Government allows ‘restructuring’ of PIA

  • Cabinet committee discusses issues of PIACL, Steel Mills after detailed presentations

ISLAMABAD: The Cabinet Committee on Privatisation, which met with Prime Minister Shahid Khaqan Abbasi in the chair here at the PM Office on Friday, gave go-ahead to the proposal for initiating restructuring process in the Pakistan International Airlines Corporation Limited (PIACL).

The go-ahead was given after a detailed presentation on the PIA Corporation and the discussion that followed in the meeting that discussed issues related to PIACL and the Pakistan Steel Mills (PSM). During the meeting, it was decided to segregate core and non-core functions of the organisation.

Federal Minister for Privatisation Daniyal Aziz gave a detailed presentation on various issues including the financial challenges faced by the two organisations and possible way forward for addressing those issues on a permanent basis.

In his remarks, Prime Minister Abbasi observed that past mismanagement and neglect of the two important organisations had not only resulted in the creation of huge financial liability on annual basis for the government but also caused great difficulties for the employees.

The meeting discussed in detail various administrative, financial and employees related issues of the Pakistan Steel Mills. A proposal for the steel mills entering into a concession agreement with investors on revenue-sharing basis also came under discussion.

The prime minister directed that all options should be explored and a comprehensive plan should also be worked out for addressing the employees-related issues. The government expedited efforts to divest its stake from PIA, which suffered more than Rs145 billion in losses during the last four years.

On the other hand, PSM has incurred a loss of around Rs188 billion in the last one decade despite injections of bailouts from the government. During a recent meeting with the journalists, Prime Minister Abbasi advocated the privatisation of PIA and the Civil Aviation Authority (CAA).

“PIA is incurring a loss of Rs150 million daily to the national kitty,” he had said, adding that the Civil Aviation Authority lacked the capacity to run the advanced airports like the new international airport in Islamabad.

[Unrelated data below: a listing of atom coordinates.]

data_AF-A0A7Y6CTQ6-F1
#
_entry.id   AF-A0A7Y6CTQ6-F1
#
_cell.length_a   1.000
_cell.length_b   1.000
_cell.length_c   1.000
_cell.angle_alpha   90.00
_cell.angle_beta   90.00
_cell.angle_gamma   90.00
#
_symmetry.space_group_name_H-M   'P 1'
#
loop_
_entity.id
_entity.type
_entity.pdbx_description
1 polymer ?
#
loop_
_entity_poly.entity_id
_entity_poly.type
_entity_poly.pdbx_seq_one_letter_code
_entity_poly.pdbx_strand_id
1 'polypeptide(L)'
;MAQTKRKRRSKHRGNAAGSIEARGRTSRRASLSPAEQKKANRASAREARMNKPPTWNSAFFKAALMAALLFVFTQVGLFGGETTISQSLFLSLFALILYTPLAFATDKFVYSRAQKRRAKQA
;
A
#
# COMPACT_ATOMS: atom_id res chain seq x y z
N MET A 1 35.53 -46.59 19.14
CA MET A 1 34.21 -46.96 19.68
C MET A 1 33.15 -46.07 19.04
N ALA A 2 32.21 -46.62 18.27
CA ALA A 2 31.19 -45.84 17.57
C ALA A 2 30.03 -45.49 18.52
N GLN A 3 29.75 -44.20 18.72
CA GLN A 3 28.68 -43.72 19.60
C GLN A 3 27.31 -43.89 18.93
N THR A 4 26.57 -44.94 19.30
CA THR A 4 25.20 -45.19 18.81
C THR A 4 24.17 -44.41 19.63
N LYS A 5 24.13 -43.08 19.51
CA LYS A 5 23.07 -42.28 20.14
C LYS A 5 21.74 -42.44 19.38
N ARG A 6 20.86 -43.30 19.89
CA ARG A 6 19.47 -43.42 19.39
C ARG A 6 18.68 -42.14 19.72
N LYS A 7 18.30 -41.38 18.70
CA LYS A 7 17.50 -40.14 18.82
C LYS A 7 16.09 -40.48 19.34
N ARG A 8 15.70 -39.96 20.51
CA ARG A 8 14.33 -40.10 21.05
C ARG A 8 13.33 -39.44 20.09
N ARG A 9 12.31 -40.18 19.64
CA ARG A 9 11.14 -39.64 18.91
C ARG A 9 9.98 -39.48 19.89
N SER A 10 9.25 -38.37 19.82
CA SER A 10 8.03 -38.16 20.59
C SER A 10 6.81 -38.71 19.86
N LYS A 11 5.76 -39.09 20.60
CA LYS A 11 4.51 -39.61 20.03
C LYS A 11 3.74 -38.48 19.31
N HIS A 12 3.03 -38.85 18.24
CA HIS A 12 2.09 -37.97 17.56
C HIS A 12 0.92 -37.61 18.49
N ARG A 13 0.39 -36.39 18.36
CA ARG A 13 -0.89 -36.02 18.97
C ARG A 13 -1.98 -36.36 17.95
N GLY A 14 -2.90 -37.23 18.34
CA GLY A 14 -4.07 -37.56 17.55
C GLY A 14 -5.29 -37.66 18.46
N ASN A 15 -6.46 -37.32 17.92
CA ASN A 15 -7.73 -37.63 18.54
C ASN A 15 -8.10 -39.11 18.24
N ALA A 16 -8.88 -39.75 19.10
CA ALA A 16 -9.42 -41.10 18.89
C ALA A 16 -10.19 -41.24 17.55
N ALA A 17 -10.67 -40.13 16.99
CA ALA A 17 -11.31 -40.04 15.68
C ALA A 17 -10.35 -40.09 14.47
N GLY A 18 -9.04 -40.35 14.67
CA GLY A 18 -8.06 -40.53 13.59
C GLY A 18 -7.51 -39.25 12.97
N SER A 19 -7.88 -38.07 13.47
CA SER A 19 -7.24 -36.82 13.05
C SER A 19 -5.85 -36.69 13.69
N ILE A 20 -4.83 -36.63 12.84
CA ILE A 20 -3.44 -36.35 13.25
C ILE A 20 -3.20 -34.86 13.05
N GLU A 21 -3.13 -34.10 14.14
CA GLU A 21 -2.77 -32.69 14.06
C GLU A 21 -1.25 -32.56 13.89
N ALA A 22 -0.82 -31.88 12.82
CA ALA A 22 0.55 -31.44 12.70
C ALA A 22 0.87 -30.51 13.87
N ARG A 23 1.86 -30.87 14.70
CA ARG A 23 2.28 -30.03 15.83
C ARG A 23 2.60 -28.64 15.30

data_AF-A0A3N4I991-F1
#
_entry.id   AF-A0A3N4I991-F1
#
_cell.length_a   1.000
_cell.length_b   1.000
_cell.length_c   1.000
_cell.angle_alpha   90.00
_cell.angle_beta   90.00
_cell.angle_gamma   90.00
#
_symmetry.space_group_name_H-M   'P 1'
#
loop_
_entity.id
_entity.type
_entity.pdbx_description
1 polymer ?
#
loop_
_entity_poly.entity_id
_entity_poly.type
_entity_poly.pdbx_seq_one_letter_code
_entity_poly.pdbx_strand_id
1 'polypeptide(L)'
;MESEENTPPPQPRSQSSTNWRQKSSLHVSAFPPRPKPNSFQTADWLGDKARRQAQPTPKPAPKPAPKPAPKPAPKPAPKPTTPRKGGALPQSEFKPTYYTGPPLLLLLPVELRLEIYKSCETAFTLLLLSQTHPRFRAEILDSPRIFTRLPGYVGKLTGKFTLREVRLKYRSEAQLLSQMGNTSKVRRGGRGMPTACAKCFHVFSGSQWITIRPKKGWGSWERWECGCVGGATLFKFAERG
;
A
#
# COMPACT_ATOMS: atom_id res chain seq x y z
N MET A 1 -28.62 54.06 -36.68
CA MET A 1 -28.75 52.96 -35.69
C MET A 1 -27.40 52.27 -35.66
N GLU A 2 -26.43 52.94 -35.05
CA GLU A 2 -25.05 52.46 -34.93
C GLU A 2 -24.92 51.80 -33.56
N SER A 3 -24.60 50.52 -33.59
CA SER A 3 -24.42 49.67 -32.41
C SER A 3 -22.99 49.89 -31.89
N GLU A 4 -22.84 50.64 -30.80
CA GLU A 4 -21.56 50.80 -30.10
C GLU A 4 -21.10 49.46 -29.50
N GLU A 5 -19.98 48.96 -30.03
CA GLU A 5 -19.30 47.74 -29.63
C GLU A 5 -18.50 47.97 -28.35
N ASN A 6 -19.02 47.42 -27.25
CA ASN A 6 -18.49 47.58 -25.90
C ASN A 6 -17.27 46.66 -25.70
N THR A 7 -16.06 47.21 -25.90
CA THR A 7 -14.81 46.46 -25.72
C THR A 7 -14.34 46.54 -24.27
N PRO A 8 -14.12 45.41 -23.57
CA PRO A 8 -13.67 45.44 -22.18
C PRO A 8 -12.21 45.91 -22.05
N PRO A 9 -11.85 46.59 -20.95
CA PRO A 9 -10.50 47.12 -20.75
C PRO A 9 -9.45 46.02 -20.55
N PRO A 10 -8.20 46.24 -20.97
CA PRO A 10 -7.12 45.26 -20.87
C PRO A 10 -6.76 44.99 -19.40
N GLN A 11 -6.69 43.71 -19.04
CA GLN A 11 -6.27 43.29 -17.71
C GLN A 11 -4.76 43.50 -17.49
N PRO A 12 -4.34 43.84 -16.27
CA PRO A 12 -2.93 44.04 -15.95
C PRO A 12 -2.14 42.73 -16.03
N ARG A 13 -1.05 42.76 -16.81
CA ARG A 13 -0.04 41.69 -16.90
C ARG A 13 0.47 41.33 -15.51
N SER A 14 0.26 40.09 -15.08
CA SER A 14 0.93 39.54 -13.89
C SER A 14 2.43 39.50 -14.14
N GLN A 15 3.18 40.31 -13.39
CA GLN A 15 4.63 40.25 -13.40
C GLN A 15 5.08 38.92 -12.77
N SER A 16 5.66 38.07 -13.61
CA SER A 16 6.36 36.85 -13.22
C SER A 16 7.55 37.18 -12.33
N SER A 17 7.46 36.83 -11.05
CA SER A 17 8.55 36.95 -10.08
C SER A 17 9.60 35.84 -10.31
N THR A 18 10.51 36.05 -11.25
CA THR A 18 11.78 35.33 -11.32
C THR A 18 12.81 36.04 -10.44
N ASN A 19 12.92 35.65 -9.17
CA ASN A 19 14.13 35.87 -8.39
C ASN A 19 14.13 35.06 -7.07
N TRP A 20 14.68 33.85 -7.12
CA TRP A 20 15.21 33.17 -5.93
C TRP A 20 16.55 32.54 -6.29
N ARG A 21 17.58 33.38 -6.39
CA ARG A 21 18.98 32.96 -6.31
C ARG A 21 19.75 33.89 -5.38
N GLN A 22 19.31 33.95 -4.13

It is pertinent to mention here that five new airlines are expected to venture into Pakistan’s aviation industry in the next one year in the latest sign of intensifying competition in the backdrop of an open skies policy, which may bring down passenger fares, but will pose fresh challenges to the PIA.

Askari Air, Air Siyal, Go Green, Liberty Air and Afeef Zara Airways are going to enter the airspace in a bid to take a slice of the growing air travel market. Over the past five years, the air traffic has swelled 40% to 20 million passengers, Shahzad Dada, the chief executive officer of Standard Chartered Pakistan, said recently.

Most of the upcoming carriers will target low-profit, far-off destinations like Gwadar, Turbat, Panjgur, Khuzdar, Dalbadin, Zhob, Skardu, Chitral, Gilgit, Bannu, Parachinar and Rawlakot and Muzaffarabad in Azad Jammu Kashmir. Of these, Gwadar, Gilgit Baltistan, and Turbat could generate immediate profits because of their tourism potential and work on the China-Pakistan Economic Corridor (CPEC) projects.

For these remote regions, the new carriers will bring airplanes suitable for small airports. The national flag carrier has thus far taken advantage of these routes as it is the only player catering to air travel needs of these areas. PIA, which once helped Emirates airline of the UAE by giving two aircraft with crew, is now beset with financial trouble with losses going beyond Rs300 billion.

In a meeting with British Trade Envoy to Pakistan Rehman Chishti on Wednesday, Daniyal Aziz sought investment from the UK government in loss-making PIA and the Pakistan Steel Mills. He apprised the delegation of Pakistan’s privatisation programme and welcomed UK investment in the companies listed for early privatisation.

The minister encouraged the UK to look into investing in areas of transport, manufacturing, energy, financial institutions, and infrastructure and participate in the open and transparent privatisation transactions. He especially highlighted PIA and PSM as the two public entities in need of revival for profit-making.


  1. When left Arif Abbasi as PIA MD, the Airline was running in profit. He even had refused financial help from the Government. What went wrong with this National Airline after left Mr Abbasi, is a dilemma. The Airline was politicised from Top to bottom, inducting political appointees and thousands of political employees. Compared to foreign Airlines, our Airline carries seven times more employees per plane – majority of them political, unprofessional and smugglers. Pakistan’s biggest financial Terrorist, Ishaq Dar, tried to privatize but met big resistance from the strong Union and left undecided. PM Nawaz Sharif put his blue-eyed boy as Controller, but he allowed more corruption. Thus the present dilemma. You put the melon on the knife or knife on melon, the melon will be cut. You name restructuring or whatever, nothing is going to improve either in PIA or Steel mills. The failed State will have to feed these two white elephants.

  2. Abbassi is now confident to poke his nose in PIA once hailed as one of the best Airlines in the world. That was Ayub Khan era. Abbassi’s first target has been achieved. Next is Steel Mill because that is Sharifs target. We are nosediving.

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